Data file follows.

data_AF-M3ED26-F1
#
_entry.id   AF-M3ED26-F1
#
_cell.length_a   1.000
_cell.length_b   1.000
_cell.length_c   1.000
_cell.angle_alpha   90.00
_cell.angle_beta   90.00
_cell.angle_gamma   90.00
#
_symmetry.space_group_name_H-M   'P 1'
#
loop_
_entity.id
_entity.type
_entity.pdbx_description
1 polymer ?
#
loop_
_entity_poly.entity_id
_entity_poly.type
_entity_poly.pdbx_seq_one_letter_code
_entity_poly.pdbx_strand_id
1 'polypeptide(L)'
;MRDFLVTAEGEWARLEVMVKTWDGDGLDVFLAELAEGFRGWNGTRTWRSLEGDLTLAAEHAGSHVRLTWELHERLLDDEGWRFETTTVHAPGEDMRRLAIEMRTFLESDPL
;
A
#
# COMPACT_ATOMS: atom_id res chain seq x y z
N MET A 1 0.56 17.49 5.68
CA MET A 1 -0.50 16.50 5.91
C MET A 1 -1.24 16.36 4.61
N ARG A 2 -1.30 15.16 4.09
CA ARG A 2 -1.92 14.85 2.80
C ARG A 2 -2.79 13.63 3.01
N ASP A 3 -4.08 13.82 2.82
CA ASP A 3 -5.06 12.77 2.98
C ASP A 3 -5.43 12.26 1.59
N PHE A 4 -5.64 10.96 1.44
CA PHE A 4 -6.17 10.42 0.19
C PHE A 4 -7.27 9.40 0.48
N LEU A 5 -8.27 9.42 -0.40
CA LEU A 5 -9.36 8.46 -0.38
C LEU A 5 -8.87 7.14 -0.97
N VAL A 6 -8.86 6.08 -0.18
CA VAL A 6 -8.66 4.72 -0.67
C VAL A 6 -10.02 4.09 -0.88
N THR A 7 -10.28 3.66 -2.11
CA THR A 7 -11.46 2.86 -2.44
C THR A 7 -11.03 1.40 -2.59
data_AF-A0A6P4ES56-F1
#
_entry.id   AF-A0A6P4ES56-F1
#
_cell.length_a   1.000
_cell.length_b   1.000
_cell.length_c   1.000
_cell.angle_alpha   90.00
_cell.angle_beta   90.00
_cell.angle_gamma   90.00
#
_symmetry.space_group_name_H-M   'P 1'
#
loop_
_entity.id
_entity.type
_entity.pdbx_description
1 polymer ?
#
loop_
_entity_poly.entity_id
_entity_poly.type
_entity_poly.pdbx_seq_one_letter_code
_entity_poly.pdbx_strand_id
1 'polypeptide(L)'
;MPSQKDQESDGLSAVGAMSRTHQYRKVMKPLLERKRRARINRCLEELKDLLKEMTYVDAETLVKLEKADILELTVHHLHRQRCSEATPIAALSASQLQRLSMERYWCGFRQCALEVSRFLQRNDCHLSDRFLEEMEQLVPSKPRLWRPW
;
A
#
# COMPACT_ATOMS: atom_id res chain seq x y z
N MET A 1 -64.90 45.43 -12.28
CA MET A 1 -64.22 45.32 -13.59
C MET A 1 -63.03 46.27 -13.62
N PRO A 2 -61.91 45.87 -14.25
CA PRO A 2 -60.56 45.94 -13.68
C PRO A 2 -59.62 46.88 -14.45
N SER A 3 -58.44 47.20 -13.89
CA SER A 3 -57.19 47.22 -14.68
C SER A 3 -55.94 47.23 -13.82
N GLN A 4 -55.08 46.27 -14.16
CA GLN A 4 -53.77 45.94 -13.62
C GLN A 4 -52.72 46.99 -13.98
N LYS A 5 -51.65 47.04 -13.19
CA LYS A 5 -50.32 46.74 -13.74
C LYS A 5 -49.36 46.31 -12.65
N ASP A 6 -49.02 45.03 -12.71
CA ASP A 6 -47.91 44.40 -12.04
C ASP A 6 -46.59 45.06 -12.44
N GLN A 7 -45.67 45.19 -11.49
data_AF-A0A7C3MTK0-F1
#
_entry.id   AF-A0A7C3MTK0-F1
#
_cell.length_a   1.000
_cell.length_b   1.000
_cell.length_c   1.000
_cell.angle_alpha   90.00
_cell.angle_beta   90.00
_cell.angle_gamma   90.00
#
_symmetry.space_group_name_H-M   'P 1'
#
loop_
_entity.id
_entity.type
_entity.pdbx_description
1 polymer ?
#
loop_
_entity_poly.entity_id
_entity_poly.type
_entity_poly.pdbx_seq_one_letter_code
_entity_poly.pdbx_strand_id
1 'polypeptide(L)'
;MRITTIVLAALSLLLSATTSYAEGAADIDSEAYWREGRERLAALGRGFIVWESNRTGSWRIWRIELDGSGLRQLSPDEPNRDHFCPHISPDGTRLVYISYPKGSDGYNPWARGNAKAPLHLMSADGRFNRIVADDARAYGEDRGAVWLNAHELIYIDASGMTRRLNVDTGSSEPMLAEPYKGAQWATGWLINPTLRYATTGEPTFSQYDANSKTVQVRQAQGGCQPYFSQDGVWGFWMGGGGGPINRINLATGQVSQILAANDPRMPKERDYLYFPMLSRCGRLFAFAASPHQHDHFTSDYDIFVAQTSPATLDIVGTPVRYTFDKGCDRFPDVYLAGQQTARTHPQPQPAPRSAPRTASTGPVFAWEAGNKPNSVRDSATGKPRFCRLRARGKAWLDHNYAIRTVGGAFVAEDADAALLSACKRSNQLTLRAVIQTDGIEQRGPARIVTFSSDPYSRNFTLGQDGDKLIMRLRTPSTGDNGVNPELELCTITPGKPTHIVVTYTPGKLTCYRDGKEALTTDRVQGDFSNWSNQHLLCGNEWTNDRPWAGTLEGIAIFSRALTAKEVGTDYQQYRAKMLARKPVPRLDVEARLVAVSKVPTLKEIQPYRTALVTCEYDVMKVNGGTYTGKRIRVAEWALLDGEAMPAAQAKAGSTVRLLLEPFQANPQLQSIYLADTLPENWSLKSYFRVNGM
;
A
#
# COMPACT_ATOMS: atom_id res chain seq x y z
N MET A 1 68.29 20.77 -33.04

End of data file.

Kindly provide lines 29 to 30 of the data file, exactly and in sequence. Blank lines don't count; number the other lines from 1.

#
# COMPACT_ATOMS: atom_id res chain seq x y z